Check your mirrors as you turn: Take the time to check your mirrors and blind spots before making a turn, especially in slow moving city traffic. If you’re turning left on a street with a bike lane, be especially careful to check the lane is clear before moving.

Turning tips for cyclists

Indicate clearly: This applies to everyone. When drivers can see when you’re stopping and turning, they’ll have more time to react.

Don’t overtake when turning: It can be tempting to slip past a car as they’re waiting to turn. Don’t do this, as you’ll pass through the car’s blind spot while they’re focusing on their turn. A bike lane doesn’t prevent the need for this, as cars may turn over the lane without looking. Instead…

Turn from the middle of your lane: When you turn, pretend you’re a car, take the lane, and make your turn when it’s your turn to do so. This ensures you’re seen by everyone in the queue.

A man walking his bike along a bike path

Parking

Like turning, parking can be surprisingly dangerous. Because the speeds are lower, road users may not signal their intentions and surprises are more likely.

Parking tips for drivers

Look before you open your door: One of a cyclist’s worst fears is being slammed by a driver’s side door. This can cause a collision or force a cyclist into fast moving traffic. As a driver, you can save lives by looking for cyclists before you open your door, and train children to do the same. For extra points, watch this video on the ‘Dutch Reach’.

Look for cyclists when reverse parking: When you stop to reverse park, check for cyclists. While cyclists should stop for you, it’s best to check there aren’t any slipping past.

Don’t park in bike lanes: Good infrastructure should never allow parking in bike lanes, but some streets are built in such a way that it’s possible. You should never park in a bike lane, as it negates the purpose of the lane and forces cyclists into traffic.

Parking tips for cyclists

Be vigilant of doors: Try to ride outside of the ‘door zone’, a metre or so from parked cars. This can put you into the next lane, so take the lane if you need to.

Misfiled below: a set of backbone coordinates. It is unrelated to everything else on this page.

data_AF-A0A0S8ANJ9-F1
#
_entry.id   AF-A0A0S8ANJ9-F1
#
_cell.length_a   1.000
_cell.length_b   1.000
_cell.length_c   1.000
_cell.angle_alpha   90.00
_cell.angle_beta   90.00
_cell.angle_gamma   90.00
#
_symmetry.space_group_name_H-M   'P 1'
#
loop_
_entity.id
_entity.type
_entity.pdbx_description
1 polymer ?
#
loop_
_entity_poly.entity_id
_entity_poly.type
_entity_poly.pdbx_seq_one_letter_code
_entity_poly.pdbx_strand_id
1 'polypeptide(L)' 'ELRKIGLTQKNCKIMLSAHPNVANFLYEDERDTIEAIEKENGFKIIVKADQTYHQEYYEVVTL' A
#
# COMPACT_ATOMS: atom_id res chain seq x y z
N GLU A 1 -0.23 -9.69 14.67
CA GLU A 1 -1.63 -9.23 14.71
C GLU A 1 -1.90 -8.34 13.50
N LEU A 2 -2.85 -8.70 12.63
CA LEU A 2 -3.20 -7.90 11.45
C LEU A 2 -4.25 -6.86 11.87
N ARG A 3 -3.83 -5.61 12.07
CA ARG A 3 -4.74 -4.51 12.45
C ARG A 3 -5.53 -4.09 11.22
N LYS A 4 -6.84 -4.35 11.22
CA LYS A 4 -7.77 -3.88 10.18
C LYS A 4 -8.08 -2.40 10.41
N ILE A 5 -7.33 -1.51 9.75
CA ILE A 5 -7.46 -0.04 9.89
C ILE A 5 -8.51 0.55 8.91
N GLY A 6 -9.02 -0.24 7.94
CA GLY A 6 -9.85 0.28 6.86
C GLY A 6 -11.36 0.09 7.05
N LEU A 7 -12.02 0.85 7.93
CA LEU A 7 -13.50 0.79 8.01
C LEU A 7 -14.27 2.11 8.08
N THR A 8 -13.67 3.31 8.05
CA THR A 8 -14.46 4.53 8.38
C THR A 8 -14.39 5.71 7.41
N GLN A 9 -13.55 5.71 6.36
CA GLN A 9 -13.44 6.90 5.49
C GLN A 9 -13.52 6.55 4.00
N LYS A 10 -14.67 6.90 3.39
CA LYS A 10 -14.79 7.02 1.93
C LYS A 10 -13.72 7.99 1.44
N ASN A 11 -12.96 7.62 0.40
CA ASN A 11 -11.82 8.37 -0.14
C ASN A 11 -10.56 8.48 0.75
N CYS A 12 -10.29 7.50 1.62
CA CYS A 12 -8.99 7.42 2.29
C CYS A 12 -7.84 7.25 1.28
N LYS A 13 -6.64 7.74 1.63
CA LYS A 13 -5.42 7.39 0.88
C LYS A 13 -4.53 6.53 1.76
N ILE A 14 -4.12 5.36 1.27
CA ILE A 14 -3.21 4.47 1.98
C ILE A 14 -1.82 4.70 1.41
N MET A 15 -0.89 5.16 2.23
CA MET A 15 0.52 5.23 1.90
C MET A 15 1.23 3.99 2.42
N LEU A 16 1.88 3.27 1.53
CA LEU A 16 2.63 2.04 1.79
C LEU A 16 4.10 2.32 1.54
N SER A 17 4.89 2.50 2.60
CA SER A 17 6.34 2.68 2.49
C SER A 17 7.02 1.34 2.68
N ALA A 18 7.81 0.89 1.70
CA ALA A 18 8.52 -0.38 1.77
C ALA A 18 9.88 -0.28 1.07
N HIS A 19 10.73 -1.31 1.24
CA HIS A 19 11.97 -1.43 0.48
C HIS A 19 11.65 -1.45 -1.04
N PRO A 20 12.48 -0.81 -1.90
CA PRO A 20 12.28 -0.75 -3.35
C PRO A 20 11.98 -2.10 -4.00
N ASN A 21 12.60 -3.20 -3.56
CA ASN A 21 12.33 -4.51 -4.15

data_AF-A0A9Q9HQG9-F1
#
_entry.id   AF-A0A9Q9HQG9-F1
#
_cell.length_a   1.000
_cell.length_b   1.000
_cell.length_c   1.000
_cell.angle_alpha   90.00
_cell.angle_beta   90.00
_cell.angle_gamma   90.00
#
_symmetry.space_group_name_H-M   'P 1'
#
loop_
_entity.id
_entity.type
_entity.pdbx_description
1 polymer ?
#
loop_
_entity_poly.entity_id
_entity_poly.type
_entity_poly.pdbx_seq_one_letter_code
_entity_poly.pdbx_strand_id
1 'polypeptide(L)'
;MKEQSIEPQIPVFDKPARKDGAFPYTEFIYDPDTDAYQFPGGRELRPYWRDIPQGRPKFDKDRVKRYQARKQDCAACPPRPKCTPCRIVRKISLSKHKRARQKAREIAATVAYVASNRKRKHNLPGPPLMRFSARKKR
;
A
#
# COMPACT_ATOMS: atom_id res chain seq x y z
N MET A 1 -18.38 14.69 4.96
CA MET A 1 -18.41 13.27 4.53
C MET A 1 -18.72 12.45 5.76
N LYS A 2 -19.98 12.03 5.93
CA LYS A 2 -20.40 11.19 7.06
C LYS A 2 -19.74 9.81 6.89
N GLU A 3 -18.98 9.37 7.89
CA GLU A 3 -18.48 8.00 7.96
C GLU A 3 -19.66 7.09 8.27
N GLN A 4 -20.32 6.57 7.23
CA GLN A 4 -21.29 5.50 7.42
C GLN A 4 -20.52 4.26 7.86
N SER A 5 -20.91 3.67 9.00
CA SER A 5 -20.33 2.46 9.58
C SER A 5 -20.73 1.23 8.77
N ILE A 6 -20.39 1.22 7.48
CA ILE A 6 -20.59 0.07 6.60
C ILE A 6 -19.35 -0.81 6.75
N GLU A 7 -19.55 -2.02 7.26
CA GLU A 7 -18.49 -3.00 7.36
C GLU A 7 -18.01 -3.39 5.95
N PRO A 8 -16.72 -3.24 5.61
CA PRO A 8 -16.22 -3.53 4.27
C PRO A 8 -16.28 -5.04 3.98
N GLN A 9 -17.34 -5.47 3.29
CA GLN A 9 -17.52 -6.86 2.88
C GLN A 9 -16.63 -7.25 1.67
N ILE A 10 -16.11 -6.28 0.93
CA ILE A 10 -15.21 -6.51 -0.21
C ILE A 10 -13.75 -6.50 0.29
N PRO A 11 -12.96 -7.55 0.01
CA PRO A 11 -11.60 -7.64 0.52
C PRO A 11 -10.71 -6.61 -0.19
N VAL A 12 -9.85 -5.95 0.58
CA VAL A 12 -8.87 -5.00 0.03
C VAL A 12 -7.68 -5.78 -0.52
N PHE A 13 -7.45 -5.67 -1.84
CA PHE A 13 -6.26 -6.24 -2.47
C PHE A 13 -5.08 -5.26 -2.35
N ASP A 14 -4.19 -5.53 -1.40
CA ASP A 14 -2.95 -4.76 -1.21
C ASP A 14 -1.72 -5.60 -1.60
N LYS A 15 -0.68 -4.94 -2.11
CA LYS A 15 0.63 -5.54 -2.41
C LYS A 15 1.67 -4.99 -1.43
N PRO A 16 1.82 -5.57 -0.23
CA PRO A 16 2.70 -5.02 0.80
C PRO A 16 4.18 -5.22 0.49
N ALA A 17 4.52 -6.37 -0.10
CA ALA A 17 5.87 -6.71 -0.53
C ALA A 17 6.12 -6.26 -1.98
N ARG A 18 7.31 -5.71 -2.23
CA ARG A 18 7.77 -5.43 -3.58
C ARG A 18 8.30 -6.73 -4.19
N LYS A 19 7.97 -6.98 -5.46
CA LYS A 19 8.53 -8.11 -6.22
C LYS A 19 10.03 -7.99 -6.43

Stop for drivers reverse parking: When a car stops to reverse park, don’t try and quickly slip by them. Both cars and cyclists are required to stop and let drivers reverse park.

Bonus thoughts

Finally, we came up with a few tips that didn’t fit into any of our categories.

Bonus thoughts for drivers

Bikes reduce congestion: If you’re ever annoyed at a cyclist, remember that they make your life better. Every bike is one less car on the road, directly reducing traffic and the demand for parking. They’re making your city a better place to live.

Go for a ride: The best way to learn to drive around cyclists is to become a cyclist! Riding is fairly safe and a great way to get around on the cheap. It’s also good for you, and a lot of fun.

Bonus thoughts for cyclists

Wear a helmet: This isn’t the place for a discussion on the merits of helmet laws, but while wearing a helmet is required by law, please do so. It increases the reputation of cyclists, and makes you a bit safer.

Don’t run red lights: As above. Some people feel there are justifications for creeping through a red light, but as long as the law says not to, please don’t do it.

Empathy is not a dirty word

We can all use the road together in safety. Mixed-use roads are great, reducing traffic and lowering our environmental impact, but we need to be courteous to everyone. Always remember, the road isn’t used by cars and bikes, it’s used by drivers and cyclists… real people, just like you.

About Tim Beau Bennett

Tim is an ex-journalist and radio presenter, and has been a professional writer for over a decade. He regularly writes about technology, lifestyle, and smart cities, and has written for news site including the ABC, SBS, and Australian Financial Review.